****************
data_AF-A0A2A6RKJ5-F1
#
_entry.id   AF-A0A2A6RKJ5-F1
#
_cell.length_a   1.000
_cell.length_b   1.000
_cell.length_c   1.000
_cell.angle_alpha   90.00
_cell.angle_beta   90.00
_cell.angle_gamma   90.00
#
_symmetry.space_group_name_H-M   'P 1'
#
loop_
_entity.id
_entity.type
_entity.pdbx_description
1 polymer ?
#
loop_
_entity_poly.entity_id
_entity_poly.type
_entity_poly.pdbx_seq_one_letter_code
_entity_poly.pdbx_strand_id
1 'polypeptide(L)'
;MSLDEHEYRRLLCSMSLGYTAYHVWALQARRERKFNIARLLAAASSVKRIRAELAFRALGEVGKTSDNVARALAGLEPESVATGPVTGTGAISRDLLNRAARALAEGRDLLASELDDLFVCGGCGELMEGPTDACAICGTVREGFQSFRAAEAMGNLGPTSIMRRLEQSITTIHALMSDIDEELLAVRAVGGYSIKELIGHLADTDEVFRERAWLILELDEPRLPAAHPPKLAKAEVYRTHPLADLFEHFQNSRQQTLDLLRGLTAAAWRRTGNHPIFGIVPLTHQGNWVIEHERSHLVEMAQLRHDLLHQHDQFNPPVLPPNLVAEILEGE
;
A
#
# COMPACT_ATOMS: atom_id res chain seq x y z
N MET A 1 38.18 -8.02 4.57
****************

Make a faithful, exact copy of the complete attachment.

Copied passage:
data_AF-A0A2A6RKJ5-F1
#
_entry.id   AF-A0A2A6RKJ5-F1
#
_cell.length_a   1.000
_cell.length_b   1.000
_cell.length_c   1.000
_cell.angle_alpha   90.00
_cell.angle_beta   90.00
_cell.angle_gamma   90.00
#
_symmetry.space_group_name_H-M   'P 1'
#
loop_
_entity.id
_entity.type
_entity.pdbx_description
1 polymer ?
#
loop_
_entity_poly.entity_id
_entity_poly.type
_entity_poly.pdbx_seq_one_letter_code
_entity_poly.pdbx_strand_id
1 'polypeptide(L)'
;MSLDEHEYRRLLCSMSLGYTAYHVWALQARRERKFNIARLLAAASSVKRIRAELAFRALGEVGKTSDNVARALAGLEPESVATGPVTGTGAISRDLLNRAARALAEGRDLLASELDDLFVCGGCGELMEGPTDACAICGTVREGFQSFRAAEAMGNLGPTSIMRRLEQSITTIHALMSDIDEELLAVRAVGGYSIKELIGHLADTDEVFRERAWLILELDEPRLPAAHPPKLAKAEVYRTHPLADLFEHFQNSRQQTLDLLRGLTAAAWRRTGNHPIFGIVPLTHQGNWVIEHERSHLVEMAQLRHDLLHQHDQFNPPVLPPNLVAEILEGE
;
A
#
# COMPACT_ATOMS: atom_id res chain seq x y z
N MET A 1 38.18 -8.02 4.57